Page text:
In these known arrangements the light beams (and the corresponding photodetectors) have been arranged in rows at right angles to the direction of movement of the microplate.
In practice a relatively powerful polychromatic light source, e.g. a tungsten filament lamp, has been used, together with expensive interference filters to remove light of unwanted wavelengths (e.g. all except the green). The light beam from the lamp has usually been split and led through optical fibres to the individual wells of the microplate, and also through comparison channels to enable fluctuations in the output of the lamp to be compensated. Alternatively, readers in which a light beam is used to read one well at a time, but using a comparison channel to take account of light variations have been used. It has also been found desirable to chop the light beams mechanically to provide a further check on the calibration of the photometers (the so called dark current comparison).
Due to the mechanical complexity of such previously known automated systems they are expensive. Furthermore, they include many moving parts and are therefore liable to mechanical failure. For these reasons, it is generally accepted that their use is justified only in large centres. Consequently smaller blood grouping laboratories have been restricted to manual methods.
We have not found an improved form of photometric reading device which overcomes or substantially mitigates these disadvantages.
Thus, according to the invention there is provided a photometric reading device comprising
a plurality of reading elements; and
means of bringing about continuous motion relative to said reading elements of first and second rows of samples arranged transverse to the direction of relative motion,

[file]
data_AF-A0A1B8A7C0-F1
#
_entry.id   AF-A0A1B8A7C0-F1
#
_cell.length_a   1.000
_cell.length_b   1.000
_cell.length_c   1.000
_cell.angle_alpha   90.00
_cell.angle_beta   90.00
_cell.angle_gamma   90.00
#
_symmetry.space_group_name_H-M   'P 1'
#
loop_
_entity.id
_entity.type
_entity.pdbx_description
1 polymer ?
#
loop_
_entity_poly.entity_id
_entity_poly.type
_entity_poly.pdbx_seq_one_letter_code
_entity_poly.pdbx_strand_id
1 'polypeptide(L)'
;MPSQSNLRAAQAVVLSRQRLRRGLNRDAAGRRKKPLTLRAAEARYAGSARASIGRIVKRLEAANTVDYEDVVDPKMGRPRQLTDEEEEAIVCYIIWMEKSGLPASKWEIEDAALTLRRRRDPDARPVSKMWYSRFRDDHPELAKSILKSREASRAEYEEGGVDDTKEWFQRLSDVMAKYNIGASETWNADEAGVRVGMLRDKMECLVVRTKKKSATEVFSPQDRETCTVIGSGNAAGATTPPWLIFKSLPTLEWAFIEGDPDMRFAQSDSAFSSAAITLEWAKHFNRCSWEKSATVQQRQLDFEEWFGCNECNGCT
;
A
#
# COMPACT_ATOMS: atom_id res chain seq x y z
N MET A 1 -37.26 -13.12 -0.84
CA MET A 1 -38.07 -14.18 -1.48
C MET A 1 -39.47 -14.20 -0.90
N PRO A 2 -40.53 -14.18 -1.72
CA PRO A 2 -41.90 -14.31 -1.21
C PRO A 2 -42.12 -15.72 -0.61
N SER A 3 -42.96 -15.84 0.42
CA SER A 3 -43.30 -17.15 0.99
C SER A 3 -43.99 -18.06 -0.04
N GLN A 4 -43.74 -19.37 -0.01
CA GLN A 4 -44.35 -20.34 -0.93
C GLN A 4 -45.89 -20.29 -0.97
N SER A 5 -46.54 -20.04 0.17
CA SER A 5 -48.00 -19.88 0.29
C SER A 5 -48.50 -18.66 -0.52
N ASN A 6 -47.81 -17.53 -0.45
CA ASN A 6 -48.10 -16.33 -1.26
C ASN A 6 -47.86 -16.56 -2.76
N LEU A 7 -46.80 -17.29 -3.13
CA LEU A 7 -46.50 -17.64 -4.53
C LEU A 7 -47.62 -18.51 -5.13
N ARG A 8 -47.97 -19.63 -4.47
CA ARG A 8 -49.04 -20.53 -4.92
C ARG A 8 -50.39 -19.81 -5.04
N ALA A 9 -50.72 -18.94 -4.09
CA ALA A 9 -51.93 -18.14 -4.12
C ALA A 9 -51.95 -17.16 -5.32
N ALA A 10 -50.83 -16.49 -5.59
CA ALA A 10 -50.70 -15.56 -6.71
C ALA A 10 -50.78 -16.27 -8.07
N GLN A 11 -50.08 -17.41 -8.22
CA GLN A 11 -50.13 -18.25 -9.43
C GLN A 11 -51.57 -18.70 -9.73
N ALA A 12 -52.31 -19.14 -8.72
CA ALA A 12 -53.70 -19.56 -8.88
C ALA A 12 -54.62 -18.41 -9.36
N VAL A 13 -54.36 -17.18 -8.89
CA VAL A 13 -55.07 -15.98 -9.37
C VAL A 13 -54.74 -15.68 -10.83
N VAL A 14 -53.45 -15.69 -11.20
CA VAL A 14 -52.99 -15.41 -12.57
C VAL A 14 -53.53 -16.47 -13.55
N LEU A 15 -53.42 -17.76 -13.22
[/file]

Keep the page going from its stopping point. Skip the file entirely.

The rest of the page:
said reading elements being arranged to come into registration during said relative motion sequentially with the samples in the first row of samples and thereafter with the samples in the second row of samples.
The reading elements can be arranged in several ways. The arrangement is subject to only two constraints. Firstly, the reading elements must be located at different positions along the direction of relative motion of the samples and the reading elements so that the reading elements come into registration with the individual samples in each row of samples at different times. Secondly, the separation of the centres of the reading elements along the direction of relative motion must not be greater than the separation of the centres of samples in adjacent rows of samples so that all the samples in the first row of samples come into registration with the reading elements before the first of the samples in the second row of samples comes into registration with a reading element. The placing of the reading elements is otherwise not critical, but it is preferred to arrange that, assuming constant velocity of the samples, the samples come into registration with the reading elements after equally spaced intervals of time. Configurations in which the reading elements are evenly distributed impose least restriction on the size of the reading elements. The actual order in which the samples are measured is immaterial since the results may be re-arranged by subsequent data processing.
The reading elements may, for example, be arranged in a row at an acute angle to the normal to the direction of relative motion. Such an arrangement, and especially an arrangement in which alternate reading elements are staggered thereby forming two separate rows of reading elements, allows a greater area around each reading element with the consequent advantage that larger and more sensitive reading elements can be accommodated.
The magnitude of the acute angle depends on the length of the rows of samples and on the separation of thew centres of samples in adjacent rows of samples. The angle is typically less than 20°, usually less than 10°, and particularly approximately 5°.